All I wanted to do was stop. I didn't just want to walk, I wanted to quit.I wanted to take a bus to the finish, I was so done. I HATED this race. It was the exact opposite of my expectations. I thought I was going to fly down that hill happily and without much effort. Instead, this felt like a monumental undertaking, the longest full marathon I'd ever run. And it was only mile 11 of a half. Why was this so hard?
Somehow, I managed to ignore that horrible, disgusting modulation echoing in my head. The responsible, kind-hearted Kim appeared out of nowhere and wrestled that infection for control of my brain. The tone transferred quickly. The maliciousness was replaced with "It's never as bad as you think!" "Just keep going" and "Two more miles! You can do it!" I bargained with myself that even if they were 10-minute miles, I could stop running in less 20 minutes. Anyone can survive 20 minutes of running.
So that's what I did. With quads now cramping along with my left foot and calf, I hobbled, limped, and shuffled my way to the finish. It was ugly. At times, I'm not even sure I was moving forward. Tons of runners passed me. A friend at the finish line shouted my name encouragingly, but I couldn't even muster a smile. When I finally, finally, finally crossed that line, the man who handle me my medal chided me for not smiling. I rolled my eyes. I would have sneered but was too tired.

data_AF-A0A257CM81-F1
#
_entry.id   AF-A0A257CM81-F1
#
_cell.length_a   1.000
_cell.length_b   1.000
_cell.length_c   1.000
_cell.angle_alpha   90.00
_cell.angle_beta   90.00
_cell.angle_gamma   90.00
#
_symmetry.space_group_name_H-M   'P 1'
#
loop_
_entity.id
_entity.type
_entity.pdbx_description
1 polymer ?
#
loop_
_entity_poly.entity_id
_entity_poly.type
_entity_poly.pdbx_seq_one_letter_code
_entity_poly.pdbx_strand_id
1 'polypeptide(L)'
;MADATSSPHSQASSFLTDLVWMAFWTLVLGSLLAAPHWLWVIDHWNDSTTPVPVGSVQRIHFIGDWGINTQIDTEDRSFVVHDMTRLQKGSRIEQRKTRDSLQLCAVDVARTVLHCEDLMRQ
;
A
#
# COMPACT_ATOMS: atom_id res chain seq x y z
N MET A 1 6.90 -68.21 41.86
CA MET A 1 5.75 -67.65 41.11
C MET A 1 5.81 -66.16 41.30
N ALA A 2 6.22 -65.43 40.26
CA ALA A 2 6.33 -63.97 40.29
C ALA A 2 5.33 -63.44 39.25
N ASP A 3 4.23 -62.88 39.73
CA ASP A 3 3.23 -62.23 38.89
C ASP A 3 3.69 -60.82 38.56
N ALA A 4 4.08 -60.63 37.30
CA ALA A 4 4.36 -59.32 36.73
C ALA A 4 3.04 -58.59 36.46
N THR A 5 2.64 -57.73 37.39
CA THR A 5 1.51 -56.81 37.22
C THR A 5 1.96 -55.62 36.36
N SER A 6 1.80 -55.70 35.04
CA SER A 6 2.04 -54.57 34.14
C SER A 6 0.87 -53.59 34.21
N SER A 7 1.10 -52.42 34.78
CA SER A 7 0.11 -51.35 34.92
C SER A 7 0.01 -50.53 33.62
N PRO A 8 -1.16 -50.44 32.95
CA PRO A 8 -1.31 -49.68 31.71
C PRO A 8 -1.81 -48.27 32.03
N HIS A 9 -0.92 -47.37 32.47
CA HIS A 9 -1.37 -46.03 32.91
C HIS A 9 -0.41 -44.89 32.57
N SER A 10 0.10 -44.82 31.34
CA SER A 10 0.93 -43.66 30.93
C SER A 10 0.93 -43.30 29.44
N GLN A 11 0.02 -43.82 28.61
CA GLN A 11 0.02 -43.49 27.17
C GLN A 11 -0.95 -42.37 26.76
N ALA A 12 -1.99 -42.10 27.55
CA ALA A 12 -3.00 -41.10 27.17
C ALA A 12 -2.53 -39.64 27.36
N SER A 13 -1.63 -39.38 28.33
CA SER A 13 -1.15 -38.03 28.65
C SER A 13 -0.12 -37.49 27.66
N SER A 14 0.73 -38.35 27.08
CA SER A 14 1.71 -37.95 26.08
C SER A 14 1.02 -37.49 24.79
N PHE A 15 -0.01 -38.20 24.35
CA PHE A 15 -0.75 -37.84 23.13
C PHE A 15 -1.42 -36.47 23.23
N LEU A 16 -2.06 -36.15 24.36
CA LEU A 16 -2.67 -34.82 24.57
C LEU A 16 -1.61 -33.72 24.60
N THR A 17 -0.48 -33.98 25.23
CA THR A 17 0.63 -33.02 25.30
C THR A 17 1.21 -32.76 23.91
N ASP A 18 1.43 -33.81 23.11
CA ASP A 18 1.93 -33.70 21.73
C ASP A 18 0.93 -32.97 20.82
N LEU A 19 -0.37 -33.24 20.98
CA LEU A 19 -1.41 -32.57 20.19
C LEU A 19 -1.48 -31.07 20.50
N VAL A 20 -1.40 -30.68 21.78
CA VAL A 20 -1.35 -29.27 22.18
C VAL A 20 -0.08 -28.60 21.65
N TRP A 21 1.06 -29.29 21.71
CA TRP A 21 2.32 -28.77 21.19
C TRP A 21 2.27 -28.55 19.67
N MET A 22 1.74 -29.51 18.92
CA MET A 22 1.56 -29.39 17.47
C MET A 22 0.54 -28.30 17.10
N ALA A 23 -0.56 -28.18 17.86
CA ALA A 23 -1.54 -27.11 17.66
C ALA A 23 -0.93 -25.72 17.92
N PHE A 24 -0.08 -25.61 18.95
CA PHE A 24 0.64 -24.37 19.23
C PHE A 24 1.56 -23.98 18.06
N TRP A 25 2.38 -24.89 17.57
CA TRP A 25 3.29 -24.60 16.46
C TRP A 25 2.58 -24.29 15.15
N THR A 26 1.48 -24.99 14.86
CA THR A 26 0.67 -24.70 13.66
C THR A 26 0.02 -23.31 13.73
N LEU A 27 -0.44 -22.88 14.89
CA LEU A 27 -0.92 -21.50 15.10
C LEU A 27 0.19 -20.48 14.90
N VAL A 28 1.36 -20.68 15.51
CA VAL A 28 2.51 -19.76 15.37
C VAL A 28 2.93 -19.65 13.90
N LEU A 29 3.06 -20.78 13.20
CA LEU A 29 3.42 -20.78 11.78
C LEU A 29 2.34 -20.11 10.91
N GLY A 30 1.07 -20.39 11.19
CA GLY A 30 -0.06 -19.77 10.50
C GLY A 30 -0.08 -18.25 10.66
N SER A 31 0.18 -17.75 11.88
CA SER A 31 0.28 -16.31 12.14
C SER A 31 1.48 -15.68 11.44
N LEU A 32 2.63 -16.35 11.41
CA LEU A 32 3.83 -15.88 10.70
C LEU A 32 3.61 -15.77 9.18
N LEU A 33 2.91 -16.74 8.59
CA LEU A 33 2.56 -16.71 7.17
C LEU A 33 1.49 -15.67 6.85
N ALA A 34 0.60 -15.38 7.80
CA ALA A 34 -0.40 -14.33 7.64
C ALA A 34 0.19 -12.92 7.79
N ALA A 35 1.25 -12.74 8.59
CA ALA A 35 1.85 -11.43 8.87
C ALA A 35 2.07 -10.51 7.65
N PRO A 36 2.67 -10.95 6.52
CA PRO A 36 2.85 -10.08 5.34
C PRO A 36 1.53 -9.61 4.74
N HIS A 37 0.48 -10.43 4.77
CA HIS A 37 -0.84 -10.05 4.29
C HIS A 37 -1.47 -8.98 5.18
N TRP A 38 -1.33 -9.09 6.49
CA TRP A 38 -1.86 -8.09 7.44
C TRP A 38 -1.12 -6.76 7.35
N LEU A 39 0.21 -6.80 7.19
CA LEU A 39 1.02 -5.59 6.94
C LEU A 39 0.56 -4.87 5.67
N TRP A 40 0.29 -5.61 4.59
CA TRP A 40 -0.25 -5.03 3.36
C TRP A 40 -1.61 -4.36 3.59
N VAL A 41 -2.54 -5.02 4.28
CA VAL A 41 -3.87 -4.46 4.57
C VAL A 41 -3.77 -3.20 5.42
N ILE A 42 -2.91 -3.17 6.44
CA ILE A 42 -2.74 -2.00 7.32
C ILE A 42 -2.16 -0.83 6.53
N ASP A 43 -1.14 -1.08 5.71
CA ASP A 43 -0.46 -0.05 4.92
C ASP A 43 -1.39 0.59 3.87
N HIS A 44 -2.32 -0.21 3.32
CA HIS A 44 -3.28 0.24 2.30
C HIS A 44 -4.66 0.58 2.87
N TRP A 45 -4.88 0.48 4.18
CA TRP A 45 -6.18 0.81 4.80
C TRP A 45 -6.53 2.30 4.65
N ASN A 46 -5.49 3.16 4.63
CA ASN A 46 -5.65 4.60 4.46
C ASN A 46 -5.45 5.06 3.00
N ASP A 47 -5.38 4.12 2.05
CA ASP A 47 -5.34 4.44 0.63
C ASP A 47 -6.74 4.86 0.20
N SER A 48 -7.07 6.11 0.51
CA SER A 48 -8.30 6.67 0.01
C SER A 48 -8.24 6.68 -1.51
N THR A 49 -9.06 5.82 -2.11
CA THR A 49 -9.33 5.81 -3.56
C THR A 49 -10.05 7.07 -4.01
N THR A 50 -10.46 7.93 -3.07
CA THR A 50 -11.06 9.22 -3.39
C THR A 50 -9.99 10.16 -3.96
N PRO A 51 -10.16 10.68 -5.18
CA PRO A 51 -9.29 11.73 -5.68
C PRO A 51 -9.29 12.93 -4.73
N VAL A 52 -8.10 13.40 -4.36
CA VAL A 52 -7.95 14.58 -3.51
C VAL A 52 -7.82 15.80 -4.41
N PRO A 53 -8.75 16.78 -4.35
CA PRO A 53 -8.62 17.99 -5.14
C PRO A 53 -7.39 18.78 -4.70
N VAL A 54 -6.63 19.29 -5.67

I ran the first 8 miles of that race in 58:30. It took me almost 44 minutes to run the next five. That is an epic fade.
I managed to keep it together for the post-race pics. Some friends had a great day - lots of new PRs, goals met. Johnny had an amazing race, finishing almost seven minutes ahead of me with a phenomenal 1:35. I ended up placing 93rd overall (top 10%), 36th in my gender (top 5%), and 15th in my age group (top 7%). These are not bad numbers. Plus, it was my first race post-injury. I ran with a head cold in the rain on slick pavement in 90% humidity.
I should have been happy.
But I wasn't.
I was devastated. Life did not meet my expectations.
As we broke off from the group to begin the long walk back to the car through this giant field, I did something rather uncharacteristic. Overwhelmed by the day's events, I bent down, found the biggest rock I could, and chucked it into the distance with as much force as I could muster. To my shock, it went soaring. Guess my arms weren't that tired.
It hit a metal storage container with a resounding "BONG!"